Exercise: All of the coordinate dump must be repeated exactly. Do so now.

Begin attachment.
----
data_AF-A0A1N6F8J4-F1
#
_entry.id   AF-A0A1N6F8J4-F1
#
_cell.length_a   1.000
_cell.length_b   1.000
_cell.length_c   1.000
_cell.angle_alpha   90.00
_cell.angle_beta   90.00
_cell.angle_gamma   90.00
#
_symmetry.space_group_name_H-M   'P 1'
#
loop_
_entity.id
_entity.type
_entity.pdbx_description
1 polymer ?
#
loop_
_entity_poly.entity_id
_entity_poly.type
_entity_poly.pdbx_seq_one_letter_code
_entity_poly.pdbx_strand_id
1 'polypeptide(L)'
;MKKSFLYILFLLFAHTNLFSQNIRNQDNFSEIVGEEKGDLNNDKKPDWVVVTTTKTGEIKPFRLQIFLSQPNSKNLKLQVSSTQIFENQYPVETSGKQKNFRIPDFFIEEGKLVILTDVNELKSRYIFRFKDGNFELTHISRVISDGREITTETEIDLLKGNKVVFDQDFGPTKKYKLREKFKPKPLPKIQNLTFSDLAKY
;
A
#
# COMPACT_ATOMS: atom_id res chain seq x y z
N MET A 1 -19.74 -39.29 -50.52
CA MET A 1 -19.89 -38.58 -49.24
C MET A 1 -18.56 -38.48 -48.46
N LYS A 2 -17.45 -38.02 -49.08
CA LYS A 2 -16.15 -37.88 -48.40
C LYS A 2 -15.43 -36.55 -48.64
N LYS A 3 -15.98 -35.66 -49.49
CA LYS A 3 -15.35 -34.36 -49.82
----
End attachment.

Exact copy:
data_AF-A0A1N6F8J4-F1
#
_entry.id   AF-A0A1N6F8J4-F1
#
_cell.length_a   1.000
_cell.length_b   1.000
_cell.length_c   1.000
_cell.angle_alpha   90.00
_cell.angle_beta   90.00
_cell.angle_gamma   90.00
#
_symmetry.space_group_name_H-M   'P 1'
#
loop_
_entity.id
_entity.type
_entity.pdbx_description
1 polymer ?
#
loop_
_entity_poly.entity_id
_entity_poly.type
_entity_poly.pdbx_seq_one_letter_code
_entity_poly.pdbx_strand_id
1 'polypeptide(L)'
;MKKSFLYILFLLFAHTNLFSQNIRNQDNFSEIVGEEKGDLNNDKKPDWVVVTTTKTGEIKPFRLQIFLSQPNSKNLKLQVSSTQIFENQYPVETSGKQKNFRIPDFFIEEGKLVILTDVNELKSRYIFRFKDGNFELTHISRVISDGREITTETEIDLLKGNKVVFDQDFGPTKKYKLREKFKPKPLPKIQNLTFSDLAKY
;
A
#
# COMPACT_ATOMS: atom_id res chain seq x y z
N MET A 1 -19.74 -39.29 -50.52
CA MET A 1 -19.89 -38.58 -49.24
C MET A 1 -18.56 -38.48 -48.46
N LYS A 2 -17.45 -38.02 -49.08
CA LYS A 2 -16.15 -37.88 -48.40
C LYS A 2 -15.43 -36.55 -48.64
N LYS A 3 -15.98 -35.66 -49.49
CA LYS A 3 -15.35 -34.36 -49.82